For April 4 we’re mixing the Death & Taxes cocktail because it’s the day in 1772 that Tsarina Catherine the Great repealed the Beard Tax in Russia. The edict of former Tsar Peter I was a relic of the past and whiskers were again free to flourish. The record is thin on just how many beards sprang into existence, but it couldn’t have been good for barbers or the purveyors of razors. They certainly needed a drink.
The Beard Tax
There have been plenty of regulations governing hair over the course of history. Many still exist, particularly with respect to military personnel and other government employees. But when it comes to beards Tsar Peter I of Russia wins the prize. There are legends of other beard taxes, like Henry VII of England supposedly imposing such a tax, but the historical record doesn’t bear it out. And Henry wore a beard. Peter I’s Beard Tax, however, is well documented.
Peter I instituted a beard tax in 1698 as part of his effort to bring Russian society in line with Western Europe. He sought to modernize Russia and its governance to better compete with Western European powers, so he based his plans off what he considered more modern models. Just how beards play into all that is a bit sketchy, but he figured he could make some money for the State and he went ahead.
To enforce the ban on beards he authorized police to forcibly and publicly shave those who refused to pay the tax. To some this was a big deal, as many believed it a religious requirement for men to wear a beard and the Russian Orthodox Church considered being clean-shaven as blasphemous.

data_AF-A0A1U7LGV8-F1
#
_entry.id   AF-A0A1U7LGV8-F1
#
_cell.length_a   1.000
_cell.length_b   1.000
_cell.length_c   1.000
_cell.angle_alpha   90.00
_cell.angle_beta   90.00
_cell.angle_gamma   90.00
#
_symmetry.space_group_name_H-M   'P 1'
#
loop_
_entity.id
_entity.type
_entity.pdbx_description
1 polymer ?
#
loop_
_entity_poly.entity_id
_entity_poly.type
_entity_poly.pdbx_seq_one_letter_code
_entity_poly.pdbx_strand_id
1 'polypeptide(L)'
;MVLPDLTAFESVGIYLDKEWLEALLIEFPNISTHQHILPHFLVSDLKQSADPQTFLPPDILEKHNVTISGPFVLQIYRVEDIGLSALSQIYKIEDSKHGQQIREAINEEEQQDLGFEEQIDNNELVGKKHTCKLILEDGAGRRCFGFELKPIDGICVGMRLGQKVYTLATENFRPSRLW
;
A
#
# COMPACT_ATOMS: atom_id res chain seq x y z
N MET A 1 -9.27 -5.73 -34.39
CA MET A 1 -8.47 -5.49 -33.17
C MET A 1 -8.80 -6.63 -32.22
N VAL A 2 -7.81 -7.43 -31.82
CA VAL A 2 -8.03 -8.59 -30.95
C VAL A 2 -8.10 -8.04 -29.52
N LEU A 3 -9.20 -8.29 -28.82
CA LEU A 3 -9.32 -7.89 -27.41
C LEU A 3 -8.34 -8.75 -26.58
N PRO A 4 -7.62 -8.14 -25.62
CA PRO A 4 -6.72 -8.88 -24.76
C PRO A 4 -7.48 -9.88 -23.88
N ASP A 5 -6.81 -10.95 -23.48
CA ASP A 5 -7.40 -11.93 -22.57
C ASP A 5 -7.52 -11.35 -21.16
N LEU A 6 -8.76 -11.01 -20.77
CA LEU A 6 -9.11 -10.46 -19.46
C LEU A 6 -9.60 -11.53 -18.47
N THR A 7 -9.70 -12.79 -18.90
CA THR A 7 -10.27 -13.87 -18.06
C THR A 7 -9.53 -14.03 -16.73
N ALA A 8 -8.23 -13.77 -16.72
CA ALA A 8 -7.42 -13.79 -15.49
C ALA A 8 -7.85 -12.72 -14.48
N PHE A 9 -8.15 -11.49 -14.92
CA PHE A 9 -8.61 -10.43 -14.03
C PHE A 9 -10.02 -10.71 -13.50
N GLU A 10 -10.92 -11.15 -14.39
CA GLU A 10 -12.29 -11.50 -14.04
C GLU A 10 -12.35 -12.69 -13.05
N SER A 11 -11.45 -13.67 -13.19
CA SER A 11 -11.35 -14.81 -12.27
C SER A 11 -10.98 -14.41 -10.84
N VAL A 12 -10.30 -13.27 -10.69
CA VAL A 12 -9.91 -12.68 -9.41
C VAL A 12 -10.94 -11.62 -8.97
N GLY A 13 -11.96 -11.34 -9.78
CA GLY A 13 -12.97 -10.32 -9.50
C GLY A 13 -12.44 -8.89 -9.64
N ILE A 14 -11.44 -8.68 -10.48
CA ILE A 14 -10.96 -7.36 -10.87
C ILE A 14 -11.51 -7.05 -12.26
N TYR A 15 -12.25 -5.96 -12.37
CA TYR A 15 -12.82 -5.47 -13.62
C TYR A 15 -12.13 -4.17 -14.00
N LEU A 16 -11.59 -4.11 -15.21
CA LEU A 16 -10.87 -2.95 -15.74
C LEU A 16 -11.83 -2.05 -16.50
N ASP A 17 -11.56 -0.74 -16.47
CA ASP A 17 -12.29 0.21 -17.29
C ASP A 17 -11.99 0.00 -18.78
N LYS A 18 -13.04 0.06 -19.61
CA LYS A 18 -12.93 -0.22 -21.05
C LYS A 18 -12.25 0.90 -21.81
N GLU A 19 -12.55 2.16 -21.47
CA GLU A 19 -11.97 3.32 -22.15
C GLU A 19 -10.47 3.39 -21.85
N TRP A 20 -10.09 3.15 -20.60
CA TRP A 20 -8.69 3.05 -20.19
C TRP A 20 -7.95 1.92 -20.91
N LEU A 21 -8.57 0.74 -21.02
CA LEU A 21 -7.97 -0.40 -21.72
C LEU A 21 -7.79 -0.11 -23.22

Those who paid had to carry a “beard token” which was basically a coin with a Russian eagle on one side and the lower portion of a face with a beard on the other. The whole thing was a bust, raising an average of only 3,566 rubles annually from 1705 to 1708. Most men just decided to shave rather than pay to keep their beards.
The beard tax languished for years, and it wasn’t until 1772 that a later Tsarina, Catherine the Great, repealed the whole thing and whiskers again ran wild and free.
Death & Taxes Cocktail
Determining a Drink of the Day appropriate for repeal of the Beard Tax was wrought with difficulties. Razor-related drinks, like the Occam’s Razor, have entirely different meanings. There are drinks related to shaving cream that are stunt drinks we wouldn’t want to drink. Our Editorial Board rejected all those candidates and selected the Death & Taxes cocktail.
After all, the “Nothing is certain except death and taxes” quote came from Benjamin Franklin, for whom we mixed the Statesman cocktail. Death hasn’t been repealed, but it’s always nice when a tax goes away.
The Death & Taxes cocktail has a top-shelf provenance, coming from Michael Madrusan at Milk & Honey around 2009. Many consider that bar to be the single most influential bar of the 21st century and its founder, Sasha Petraske, developed the Gold Rush cocktail.
The Death & Taxes cocktail is really a variation on an old New Orleans classic, the Vieux Carre. It basically substitutes Scotch whisky and gin for rye whiskey and Cognac, and leaves out the decidedly New Orleans-ish Peychaud’s Bitters. This drink should be served up rather than over ice like the Vieux Carre, but that’s really up to the user. You do you.
Death & Taxes Cocktail
- 1 oz Scotch Whisky
- 1 oz Gin
- ¾ oz Sweet Vermouth
- ¼ oz Benedictine
- 2 dash Orange bitters
- Garnish Lemon twist
- Add all ingredients to your trusty mixing glass.
- Add ice and stir to chill.
- Strain into pre-chilled cocktail glass.
- Express twist over drink and garnish glass.